Digital drives millennial satisfaction

Examining what drives millennials to switch financial institutions can provide insight into the products and services they most desire. In a study by Digital Scientists, sponsored by Deluxe, millennials said they switched banks because they wanted:

  • Online bill payment (27.3 percent),
  • Mobile banking (24.2 percent),
  • Online banking (19.7 percent),
  • Lower or no fees (29.5 percent), and
  • Better rates (25.8 percent).

Millennials embrace digital communication in their personal and professional lives, and they desire the same speed and flexibility in communication with their banks. In fact, digital channels were the preferred communications channels for all millennials in the Digital Scientist survey, with nearly 71 percent saying they favored emails with product links, and more than 68 percent preferring email newsletters for learning about products and services from their banks.

Make no mistake, millennials are the primary drivers of the digital transformation in the banking industry, although other generations also demand digital capabilities from their financial institutions. However, ensuring millennials have access to and fully understand your bank’s digital capabilities could be the most important factor in onboarding success.

Enabling self-management through education and tools

Millennials tend to be independent financial thinkers — a trait that doesn’t always serve them well. Escalating college costs mean many millennials start their professional careers deeply in debt, so paying down student loan debt is a priority for many millennials. However, multiple studies show that many millennials lack the tools and knowledge needed to achieve their long-term financial goals.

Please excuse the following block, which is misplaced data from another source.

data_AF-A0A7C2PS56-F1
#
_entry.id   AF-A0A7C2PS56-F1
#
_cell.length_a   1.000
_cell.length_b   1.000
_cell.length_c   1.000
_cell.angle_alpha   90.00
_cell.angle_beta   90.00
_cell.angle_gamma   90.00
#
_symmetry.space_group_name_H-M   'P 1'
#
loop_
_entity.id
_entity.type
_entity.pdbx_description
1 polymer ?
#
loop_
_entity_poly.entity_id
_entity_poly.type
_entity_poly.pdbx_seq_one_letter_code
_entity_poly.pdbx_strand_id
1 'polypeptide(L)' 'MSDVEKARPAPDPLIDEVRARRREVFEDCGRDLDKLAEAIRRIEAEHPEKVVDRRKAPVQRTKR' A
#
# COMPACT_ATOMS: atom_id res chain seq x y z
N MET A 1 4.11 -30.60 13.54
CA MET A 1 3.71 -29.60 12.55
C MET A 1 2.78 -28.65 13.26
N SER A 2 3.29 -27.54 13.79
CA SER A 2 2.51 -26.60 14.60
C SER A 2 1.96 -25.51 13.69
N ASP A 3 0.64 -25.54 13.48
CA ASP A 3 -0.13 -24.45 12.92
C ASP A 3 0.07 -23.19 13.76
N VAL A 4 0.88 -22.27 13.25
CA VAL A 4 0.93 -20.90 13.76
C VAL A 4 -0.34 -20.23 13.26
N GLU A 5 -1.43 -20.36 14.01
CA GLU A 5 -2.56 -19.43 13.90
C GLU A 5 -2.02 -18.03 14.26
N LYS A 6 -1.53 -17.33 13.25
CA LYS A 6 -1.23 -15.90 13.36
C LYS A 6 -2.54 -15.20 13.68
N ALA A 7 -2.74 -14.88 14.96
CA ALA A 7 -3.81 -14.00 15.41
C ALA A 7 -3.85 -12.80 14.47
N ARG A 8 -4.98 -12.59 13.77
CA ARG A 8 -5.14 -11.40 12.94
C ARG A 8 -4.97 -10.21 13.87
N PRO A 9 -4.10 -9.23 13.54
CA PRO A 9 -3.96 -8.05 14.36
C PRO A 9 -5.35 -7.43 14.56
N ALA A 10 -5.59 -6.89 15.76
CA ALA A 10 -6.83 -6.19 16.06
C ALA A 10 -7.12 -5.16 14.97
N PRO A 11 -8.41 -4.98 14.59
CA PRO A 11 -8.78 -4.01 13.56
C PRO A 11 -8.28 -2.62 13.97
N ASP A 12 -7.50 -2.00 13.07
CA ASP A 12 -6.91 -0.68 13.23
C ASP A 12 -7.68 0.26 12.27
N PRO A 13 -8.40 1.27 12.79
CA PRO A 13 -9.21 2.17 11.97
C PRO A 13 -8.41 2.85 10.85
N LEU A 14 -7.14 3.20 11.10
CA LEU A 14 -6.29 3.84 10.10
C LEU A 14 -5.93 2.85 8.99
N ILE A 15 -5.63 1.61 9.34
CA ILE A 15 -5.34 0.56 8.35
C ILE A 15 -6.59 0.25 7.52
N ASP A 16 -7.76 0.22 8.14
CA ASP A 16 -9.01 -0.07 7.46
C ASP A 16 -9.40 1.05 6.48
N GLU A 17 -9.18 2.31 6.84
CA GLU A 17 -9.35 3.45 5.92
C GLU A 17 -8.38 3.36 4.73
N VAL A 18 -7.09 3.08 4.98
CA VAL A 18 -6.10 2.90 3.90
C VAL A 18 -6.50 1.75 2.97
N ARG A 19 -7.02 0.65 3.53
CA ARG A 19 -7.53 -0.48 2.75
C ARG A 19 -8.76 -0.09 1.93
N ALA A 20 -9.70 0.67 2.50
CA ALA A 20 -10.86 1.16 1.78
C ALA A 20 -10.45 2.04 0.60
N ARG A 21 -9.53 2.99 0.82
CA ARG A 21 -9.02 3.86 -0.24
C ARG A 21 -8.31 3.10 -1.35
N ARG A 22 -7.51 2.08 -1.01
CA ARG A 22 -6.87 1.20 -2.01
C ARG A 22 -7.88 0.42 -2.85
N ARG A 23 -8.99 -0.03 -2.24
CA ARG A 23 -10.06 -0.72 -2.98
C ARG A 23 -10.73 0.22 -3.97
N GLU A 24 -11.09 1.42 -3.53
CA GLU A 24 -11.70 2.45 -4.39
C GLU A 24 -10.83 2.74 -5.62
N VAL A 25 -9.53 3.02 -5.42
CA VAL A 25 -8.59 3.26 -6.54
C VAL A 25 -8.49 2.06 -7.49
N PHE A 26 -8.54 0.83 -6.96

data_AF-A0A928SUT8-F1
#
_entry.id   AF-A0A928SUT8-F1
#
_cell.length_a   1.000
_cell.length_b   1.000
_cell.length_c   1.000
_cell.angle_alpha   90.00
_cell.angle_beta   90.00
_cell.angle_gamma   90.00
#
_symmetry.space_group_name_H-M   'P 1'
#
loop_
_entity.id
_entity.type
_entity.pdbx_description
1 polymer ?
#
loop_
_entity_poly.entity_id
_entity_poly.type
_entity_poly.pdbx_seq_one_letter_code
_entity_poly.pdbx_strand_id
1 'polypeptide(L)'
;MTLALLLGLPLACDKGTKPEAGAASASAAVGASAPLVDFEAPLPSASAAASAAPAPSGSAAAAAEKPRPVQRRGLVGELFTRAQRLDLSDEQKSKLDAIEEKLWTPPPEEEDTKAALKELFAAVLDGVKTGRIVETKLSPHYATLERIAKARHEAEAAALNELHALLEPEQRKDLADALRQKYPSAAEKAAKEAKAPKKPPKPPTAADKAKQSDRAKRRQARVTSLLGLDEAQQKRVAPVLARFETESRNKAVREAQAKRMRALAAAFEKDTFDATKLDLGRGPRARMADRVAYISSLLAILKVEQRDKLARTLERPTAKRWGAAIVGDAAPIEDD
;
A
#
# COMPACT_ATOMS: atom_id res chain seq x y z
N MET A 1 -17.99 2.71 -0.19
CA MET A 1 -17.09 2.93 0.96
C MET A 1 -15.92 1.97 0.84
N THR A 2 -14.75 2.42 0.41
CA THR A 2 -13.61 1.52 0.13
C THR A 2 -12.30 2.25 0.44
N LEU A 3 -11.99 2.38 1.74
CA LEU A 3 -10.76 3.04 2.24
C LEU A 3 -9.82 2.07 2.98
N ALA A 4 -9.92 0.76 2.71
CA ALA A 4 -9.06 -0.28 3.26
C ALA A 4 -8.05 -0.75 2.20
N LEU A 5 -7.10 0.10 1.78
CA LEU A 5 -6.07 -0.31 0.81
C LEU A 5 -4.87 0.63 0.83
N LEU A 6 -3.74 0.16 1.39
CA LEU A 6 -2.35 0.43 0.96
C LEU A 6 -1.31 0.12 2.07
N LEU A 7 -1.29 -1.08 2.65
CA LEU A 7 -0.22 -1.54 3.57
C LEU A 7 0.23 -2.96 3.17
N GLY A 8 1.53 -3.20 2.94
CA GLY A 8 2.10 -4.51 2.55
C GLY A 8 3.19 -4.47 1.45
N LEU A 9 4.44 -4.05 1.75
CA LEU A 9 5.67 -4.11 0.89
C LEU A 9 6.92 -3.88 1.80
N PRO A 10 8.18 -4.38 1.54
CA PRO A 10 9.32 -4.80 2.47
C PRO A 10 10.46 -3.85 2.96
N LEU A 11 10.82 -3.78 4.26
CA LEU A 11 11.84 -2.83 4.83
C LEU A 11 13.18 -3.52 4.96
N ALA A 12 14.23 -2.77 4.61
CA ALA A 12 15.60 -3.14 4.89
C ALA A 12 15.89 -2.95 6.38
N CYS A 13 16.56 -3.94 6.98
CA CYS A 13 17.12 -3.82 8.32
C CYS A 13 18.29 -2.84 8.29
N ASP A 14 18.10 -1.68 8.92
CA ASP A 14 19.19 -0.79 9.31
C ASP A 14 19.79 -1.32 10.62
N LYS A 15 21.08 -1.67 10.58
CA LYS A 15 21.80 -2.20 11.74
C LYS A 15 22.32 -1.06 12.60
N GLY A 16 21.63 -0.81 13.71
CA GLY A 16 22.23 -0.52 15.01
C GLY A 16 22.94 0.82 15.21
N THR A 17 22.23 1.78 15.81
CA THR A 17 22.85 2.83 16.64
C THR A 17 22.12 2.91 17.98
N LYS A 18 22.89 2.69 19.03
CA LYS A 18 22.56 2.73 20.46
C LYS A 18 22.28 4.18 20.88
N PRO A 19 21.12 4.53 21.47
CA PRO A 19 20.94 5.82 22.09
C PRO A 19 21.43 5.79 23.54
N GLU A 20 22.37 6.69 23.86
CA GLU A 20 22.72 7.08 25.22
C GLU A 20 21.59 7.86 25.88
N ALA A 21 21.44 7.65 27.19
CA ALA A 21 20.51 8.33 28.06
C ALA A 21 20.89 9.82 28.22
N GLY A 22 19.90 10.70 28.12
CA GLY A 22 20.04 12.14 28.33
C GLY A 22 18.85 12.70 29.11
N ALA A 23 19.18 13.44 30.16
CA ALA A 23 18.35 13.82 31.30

In fact, in the Bank of America Better Money Habits survey, a majority of millennials said they would feel like adults upon achieving financial independence. However, many also said they wished they had learned more about personal financial management in school, with 26 percent saying they wish they had learned how to manage monthly bills, 40 percent wishing they knew how to do taxes, and 43 percent wishing they’d learned about investing.

During the millennial onboarding process, banks have an opportunity to introduce millennials to products and services that can help them fulfill those wishes. For example, information about online banking tools can be paired with tips for monthly budget management.

Onboarding in the future

The millennial impact on the American social, political and economic scene is only just beginning to play out. In many ways, millennials will continue to redefine how companies, including banks, do business for decades to come. Financial institutions that adapt their onboarding practices to cater to millennial customers will be better positioned to take advantage of the opportunities presented by this increasingly important demographic group.